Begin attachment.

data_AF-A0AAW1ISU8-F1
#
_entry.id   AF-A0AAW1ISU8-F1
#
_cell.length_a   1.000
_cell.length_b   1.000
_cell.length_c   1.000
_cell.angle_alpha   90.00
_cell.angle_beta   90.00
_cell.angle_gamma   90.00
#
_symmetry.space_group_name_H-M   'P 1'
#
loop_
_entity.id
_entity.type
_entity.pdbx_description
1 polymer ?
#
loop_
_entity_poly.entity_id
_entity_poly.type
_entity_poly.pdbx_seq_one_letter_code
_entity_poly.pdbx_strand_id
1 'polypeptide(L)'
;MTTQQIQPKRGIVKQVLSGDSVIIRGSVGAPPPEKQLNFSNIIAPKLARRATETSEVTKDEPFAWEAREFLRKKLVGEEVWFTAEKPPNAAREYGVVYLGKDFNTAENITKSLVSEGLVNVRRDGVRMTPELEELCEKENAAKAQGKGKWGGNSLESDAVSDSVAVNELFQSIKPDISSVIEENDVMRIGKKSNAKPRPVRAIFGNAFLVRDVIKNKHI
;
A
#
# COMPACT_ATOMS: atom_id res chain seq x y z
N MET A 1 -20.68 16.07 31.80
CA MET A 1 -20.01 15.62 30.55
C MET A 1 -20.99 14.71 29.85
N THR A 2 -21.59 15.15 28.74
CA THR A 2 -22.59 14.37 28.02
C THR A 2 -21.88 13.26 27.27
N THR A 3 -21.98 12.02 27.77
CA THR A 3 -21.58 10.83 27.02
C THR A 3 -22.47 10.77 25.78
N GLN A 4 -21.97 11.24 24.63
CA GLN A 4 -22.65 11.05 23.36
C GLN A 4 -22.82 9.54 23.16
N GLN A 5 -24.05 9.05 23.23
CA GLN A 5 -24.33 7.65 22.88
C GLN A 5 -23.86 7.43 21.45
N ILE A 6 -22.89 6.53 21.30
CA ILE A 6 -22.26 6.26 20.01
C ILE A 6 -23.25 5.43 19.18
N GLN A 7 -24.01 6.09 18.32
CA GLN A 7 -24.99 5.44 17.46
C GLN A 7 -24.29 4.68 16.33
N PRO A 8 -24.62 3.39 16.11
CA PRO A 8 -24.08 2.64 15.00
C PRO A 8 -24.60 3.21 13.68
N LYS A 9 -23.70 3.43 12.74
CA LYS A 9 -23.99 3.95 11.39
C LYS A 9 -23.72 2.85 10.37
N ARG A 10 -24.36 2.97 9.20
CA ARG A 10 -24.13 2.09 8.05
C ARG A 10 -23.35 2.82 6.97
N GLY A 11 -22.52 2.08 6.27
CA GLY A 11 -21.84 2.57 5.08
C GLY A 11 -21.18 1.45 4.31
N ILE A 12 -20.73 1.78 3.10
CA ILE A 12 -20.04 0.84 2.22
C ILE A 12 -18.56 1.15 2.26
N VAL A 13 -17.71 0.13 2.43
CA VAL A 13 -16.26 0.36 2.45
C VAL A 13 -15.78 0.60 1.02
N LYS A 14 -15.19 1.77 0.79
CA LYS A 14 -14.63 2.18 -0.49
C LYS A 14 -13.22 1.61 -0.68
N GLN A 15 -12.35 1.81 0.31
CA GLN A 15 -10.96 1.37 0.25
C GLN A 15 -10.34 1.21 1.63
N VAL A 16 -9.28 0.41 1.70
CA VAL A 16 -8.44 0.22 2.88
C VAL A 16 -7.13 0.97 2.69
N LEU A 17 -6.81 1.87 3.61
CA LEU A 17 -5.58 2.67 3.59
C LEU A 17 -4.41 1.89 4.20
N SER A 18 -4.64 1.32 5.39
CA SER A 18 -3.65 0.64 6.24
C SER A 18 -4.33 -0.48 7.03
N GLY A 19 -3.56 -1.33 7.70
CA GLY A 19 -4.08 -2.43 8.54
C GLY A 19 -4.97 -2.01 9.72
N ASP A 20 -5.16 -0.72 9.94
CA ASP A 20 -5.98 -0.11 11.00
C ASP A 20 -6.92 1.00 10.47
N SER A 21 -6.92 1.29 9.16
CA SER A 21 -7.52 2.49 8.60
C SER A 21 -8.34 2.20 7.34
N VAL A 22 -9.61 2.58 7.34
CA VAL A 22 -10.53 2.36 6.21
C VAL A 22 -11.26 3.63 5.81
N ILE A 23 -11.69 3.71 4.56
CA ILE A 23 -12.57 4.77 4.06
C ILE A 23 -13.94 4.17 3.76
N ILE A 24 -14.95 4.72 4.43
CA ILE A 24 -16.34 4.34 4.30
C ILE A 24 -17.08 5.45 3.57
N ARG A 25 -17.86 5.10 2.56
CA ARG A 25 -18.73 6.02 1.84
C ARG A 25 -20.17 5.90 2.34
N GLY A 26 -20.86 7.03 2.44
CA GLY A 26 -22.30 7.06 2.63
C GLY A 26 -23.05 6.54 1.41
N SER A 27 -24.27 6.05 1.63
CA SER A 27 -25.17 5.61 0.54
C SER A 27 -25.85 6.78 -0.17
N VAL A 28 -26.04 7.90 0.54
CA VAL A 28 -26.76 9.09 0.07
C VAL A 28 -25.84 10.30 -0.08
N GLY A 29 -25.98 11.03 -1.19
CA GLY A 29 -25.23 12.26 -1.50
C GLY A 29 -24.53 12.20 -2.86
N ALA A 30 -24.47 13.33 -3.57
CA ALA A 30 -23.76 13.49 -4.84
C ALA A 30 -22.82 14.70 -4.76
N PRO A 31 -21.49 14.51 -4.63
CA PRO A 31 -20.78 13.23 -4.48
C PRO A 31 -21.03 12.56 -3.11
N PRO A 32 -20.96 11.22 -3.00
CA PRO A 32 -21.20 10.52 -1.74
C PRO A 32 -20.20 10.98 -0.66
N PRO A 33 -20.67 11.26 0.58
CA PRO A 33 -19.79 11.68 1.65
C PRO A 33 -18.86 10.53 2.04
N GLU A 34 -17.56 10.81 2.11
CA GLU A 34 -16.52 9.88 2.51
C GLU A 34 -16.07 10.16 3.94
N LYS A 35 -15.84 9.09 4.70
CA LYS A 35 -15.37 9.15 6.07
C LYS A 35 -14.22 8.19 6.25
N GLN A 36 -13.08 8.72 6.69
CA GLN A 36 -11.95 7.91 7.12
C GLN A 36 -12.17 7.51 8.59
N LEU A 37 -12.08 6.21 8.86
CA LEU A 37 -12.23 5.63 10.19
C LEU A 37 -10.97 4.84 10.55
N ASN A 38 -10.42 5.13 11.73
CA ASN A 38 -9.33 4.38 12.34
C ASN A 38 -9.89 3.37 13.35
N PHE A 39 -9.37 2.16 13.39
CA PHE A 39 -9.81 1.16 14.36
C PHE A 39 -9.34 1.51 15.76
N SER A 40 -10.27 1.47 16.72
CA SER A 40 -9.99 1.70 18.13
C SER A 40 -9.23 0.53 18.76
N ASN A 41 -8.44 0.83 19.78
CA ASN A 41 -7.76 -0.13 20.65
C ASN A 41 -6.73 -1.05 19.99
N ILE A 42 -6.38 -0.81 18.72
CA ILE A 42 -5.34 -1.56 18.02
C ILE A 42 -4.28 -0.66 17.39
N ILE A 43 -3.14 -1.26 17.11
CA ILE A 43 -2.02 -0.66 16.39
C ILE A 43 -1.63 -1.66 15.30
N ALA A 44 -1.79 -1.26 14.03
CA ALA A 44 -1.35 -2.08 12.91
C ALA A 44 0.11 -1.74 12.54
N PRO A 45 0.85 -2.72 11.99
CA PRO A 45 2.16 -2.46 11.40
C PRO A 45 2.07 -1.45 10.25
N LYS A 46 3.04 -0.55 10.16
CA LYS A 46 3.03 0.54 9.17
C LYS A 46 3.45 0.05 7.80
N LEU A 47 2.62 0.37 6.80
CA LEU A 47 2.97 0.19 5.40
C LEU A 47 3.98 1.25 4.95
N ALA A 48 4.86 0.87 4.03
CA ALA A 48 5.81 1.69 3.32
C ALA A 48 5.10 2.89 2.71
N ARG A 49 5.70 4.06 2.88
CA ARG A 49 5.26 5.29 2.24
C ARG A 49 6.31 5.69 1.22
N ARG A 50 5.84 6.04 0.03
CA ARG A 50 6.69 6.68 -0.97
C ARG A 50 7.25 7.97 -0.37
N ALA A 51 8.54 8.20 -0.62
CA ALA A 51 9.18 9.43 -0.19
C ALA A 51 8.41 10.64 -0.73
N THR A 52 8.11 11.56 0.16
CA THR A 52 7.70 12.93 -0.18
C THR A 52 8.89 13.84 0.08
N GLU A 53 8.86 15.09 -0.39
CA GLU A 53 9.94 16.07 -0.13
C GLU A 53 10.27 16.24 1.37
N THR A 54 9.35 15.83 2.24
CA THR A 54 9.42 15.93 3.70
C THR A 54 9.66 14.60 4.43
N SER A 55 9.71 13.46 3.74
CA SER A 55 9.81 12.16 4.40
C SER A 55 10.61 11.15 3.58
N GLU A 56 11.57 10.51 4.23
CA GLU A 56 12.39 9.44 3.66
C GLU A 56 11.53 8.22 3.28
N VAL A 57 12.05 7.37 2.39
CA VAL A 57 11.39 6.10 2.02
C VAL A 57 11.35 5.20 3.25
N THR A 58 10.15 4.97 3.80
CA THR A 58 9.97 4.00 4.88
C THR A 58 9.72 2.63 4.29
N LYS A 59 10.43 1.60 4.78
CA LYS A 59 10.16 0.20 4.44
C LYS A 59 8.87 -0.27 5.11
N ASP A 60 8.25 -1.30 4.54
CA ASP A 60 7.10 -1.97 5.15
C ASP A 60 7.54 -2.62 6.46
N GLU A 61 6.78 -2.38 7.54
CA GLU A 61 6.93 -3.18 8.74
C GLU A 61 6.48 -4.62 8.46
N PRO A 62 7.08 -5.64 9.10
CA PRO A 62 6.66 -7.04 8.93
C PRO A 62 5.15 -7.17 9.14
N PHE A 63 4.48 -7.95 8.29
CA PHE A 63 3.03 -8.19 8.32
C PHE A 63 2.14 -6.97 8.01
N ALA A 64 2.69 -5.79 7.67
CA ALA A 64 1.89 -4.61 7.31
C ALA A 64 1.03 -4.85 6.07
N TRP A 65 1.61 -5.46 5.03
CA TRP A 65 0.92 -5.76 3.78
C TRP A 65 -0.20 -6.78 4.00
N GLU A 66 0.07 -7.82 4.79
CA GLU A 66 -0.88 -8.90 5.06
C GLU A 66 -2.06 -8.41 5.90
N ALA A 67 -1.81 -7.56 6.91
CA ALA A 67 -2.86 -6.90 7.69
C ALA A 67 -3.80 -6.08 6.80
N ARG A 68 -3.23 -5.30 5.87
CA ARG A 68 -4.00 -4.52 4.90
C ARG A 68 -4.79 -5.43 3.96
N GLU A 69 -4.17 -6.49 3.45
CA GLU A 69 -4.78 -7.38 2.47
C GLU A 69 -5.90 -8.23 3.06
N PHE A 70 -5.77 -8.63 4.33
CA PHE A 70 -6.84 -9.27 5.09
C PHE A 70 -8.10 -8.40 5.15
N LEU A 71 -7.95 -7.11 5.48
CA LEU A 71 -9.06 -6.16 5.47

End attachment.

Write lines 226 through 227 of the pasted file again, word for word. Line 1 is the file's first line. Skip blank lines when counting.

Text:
N GLU A 66 0.07 -7.82 4.79
CA GLU A 66 -0.88 -8.90 5.06